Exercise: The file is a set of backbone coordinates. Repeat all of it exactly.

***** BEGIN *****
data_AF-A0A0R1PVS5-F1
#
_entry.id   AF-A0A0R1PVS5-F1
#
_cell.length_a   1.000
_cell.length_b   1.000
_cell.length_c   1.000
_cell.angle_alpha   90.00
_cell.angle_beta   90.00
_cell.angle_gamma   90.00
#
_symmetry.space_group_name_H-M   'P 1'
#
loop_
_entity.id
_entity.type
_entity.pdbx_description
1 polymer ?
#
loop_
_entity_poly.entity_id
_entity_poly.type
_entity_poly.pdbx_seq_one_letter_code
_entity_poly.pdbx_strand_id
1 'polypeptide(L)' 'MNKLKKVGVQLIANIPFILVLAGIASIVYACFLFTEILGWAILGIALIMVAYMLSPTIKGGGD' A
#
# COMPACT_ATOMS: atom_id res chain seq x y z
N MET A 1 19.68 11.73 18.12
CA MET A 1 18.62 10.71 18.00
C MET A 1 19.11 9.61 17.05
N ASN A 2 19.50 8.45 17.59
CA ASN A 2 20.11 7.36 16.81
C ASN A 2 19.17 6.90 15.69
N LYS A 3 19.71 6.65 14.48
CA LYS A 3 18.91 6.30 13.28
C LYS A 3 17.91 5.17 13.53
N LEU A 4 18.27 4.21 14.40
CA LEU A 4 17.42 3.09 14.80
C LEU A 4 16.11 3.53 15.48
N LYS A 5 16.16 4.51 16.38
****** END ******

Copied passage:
data_AF-A0A0R1PVS5-F1
#
_entry.id   AF-A0A0R1PVS5-F1
#
_cell.length_a   1.000
_cell.length_b   1.000
_cell.length_c   1.000
_cell.angle_alpha   90.00
_cell.angle_beta   90.00
_cell.angle_gamma   90.00
#
_symmetry.space_group_name_H-M   'P 1'
#
loop_
_entity.id
_entity.type
_entity.pdbx_description
1 polymer ?
#
loop_
_entity_poly.entity_id
_entity_poly.type
_entity_poly.pdbx_seq_one_letter_code
_entity_poly.pdbx_strand_id
1 'polypeptide(L)' 'MNKLKKVGVQLIANIPFILVLAGIASIVYACFLFTEILGWAILGIALIMVAYMLSPTIKGGGD' A
#
# COMPACT_ATOMS: atom_id res chain seq x y z
N MET A 1 19.68 11.73 18.12
CA MET A 1 18.62 10.71 18.00
C MET A 1 19.11 9.61 17.05
N ASN A 2 19.50 8.45 17.59
CA ASN A 2 20.11 7.36 16.81
C ASN A 2 19.17 6.90 15.69
N LYS A 3 19.71 6.65 14.48
CA LYS A 3 18.91 6.30 13.28
C LYS A 3 17.91 5.17 13.53
N LEU A 4 18.27 4.21 14.40
CA LEU A 4 17.42 3.09 14.80
C LEU A 4 16.11 3.53 15.48
N LYS A 5 16.16 4.51 16.38